The Attorney-General’s department has been questioned about the constitutionality of planned class action reform. 

Under the proposed reforms, class action payouts available to litigation funders and lawyers would be capped at 30 per cent, and common fund orders would be limited.

The government says that by restricting class action funders and lawyers to a maximum 30 per cent of any payout, it will be able to curb “disproportionate” returns at the expense of ordinary Australians involved in claims.

The reforms would also give judges enhanced power to approve or vary the share of proceeds to ensure the distribution is fair and reasonable. Also, funders may be required to pick up the bill for any independent expert used by a court.

But legal experts say the government does not have the constitutional right to make such laws.

Labor Senator Deborah O’Neill demanded this week that the Attorney-General’s office either show that it has the power to carry out the plans or re-write the legislation.

However, Albin Smrdel, an Assistant Secretary of the department, could not easily she the constitutionality of the plans, despite receiving seven separate pieces of legal advice on the issue.

This was because Attorney-General Michaelia Cash made a public interest immunity claim over the pieces of advice.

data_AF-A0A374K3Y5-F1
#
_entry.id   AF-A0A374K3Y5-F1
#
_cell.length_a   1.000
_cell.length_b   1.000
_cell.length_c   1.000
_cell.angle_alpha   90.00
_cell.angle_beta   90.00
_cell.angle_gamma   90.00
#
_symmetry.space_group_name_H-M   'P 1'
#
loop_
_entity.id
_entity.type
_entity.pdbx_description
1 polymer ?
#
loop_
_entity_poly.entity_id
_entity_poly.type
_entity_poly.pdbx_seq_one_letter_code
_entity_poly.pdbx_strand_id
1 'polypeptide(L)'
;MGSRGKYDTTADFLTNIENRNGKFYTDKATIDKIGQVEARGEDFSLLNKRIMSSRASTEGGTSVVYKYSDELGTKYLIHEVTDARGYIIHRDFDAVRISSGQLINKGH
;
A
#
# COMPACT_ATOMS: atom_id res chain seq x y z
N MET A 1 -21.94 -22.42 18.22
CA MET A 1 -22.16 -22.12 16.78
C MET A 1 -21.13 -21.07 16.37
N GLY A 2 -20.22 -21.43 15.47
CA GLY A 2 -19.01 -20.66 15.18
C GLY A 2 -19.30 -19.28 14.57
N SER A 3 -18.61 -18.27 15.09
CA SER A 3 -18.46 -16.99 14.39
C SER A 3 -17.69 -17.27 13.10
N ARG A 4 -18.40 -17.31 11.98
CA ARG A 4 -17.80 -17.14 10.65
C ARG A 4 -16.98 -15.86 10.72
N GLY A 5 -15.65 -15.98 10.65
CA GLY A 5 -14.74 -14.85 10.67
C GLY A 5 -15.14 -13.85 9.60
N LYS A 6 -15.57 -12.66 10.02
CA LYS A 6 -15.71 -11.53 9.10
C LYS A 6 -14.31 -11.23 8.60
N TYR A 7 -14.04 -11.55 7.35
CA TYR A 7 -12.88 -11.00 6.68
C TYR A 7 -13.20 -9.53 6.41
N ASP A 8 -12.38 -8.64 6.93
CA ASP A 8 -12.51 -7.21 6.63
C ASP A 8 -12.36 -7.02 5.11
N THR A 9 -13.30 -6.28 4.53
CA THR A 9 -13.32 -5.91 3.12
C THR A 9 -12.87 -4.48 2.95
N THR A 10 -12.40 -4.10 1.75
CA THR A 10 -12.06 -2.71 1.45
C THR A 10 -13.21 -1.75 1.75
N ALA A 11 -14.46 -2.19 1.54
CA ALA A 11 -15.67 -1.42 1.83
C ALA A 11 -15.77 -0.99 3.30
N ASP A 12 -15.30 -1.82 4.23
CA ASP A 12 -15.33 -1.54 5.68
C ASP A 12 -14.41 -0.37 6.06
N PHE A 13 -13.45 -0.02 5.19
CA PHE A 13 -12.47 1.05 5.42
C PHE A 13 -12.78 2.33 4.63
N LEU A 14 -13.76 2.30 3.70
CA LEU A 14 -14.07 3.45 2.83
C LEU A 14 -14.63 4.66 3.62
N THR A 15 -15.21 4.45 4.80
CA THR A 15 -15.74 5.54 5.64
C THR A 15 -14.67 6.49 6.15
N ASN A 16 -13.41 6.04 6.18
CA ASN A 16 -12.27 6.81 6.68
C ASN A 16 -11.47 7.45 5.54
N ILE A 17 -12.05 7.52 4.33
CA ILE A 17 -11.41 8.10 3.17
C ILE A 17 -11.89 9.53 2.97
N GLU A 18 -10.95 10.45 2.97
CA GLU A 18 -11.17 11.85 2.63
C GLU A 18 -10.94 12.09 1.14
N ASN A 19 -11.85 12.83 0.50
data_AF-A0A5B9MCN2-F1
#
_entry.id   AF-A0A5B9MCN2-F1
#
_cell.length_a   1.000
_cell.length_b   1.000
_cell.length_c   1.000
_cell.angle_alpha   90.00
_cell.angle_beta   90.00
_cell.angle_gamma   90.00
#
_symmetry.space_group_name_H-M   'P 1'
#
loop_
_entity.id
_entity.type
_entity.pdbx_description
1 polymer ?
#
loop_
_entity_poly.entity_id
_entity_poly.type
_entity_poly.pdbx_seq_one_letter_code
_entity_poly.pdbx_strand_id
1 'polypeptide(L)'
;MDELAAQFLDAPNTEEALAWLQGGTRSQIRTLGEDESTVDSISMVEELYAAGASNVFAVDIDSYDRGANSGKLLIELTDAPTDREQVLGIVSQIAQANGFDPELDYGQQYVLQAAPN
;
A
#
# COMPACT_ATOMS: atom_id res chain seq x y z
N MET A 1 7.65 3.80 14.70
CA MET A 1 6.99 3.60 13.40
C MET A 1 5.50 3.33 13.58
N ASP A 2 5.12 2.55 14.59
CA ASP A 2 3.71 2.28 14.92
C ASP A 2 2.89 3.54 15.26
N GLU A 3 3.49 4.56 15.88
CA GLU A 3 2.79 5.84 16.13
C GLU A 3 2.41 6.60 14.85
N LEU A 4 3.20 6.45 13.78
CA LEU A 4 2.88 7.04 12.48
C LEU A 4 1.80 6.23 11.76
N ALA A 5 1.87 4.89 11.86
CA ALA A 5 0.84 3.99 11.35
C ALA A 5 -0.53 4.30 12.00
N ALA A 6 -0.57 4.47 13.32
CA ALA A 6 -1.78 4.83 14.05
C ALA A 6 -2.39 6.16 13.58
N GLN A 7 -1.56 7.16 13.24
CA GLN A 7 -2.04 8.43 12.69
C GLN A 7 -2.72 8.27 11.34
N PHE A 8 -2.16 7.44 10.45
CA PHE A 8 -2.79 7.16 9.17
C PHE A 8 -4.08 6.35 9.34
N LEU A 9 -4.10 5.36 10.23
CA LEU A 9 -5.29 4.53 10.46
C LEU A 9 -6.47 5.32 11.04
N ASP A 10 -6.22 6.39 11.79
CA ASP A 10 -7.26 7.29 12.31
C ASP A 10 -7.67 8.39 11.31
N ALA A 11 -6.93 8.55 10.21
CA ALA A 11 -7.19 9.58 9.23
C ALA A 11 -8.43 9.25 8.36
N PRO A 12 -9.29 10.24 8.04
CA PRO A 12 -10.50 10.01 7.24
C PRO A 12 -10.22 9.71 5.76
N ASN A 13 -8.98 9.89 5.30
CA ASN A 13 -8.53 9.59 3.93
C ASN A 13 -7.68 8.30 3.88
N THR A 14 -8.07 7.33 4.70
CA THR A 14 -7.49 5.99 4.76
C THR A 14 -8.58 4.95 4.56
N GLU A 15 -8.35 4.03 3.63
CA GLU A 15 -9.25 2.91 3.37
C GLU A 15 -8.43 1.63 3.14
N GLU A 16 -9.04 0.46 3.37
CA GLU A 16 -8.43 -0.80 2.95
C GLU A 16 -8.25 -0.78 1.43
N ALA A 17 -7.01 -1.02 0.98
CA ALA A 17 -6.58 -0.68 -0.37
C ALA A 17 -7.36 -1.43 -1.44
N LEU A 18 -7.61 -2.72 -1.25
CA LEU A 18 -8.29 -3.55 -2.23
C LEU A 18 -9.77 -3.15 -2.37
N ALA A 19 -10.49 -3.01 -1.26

“It’s a terrible piece of legislation,” Senator O’Neill said. 

“It’s been roundly condemned by people who would be plaintiffs, people who would be respondents, and as yet, has no clear constitutional basis,” she said.

“The truth is that if the government were confident about the constitutional basis of these people tell us what the constitutional basis is. It does that all the time in relation to lots of bills, without reference to legal advice and without any risk of waiving privilege or advice.”

“To be clear, Mr Smrdel, you’re refusing to provide this committee with an answer to a question about the fundamental constitutionality of this bill?” Senator O’Neill asked.

“Despite 11 advices ... of which seven were constitutional legal advisors, despite all of that you still cannot point to a head of power?”

Dr Smrdel said the heads of power were covered by Senator Cash’s public immunity claim, so he could not answer. 

Independent senator Rex Patrick accused the Attorney-General’s department of “advice shopping”. 

Principal of Marland Law, Tom Marland, appeared before the committee this week too. He said the bill had “constitutional problems”.

“From a practical point of view”, the bill’s enactment would face “great difficulties”, he said, suggesting it may push cases out of the Federal Court as plaintiffs search for state jurisdictions with less stringent funding barriers.

“If this bill is passed, class actions will just be running state jurisdictions and the federal government needs to reach some sort of arrangement with states before they even contemplate passing this bill because it will simply be pushed to different jurisdictions,” Mr Marland said.

“And that will be a great loss to our class action regime because our federal courts, the federal judges, are the most experienced, the most resourced, and the ones that should be presiding over these class actions to make sure they’re done economically and efficiently, and in the best interests of both plaintiffs and defendants.”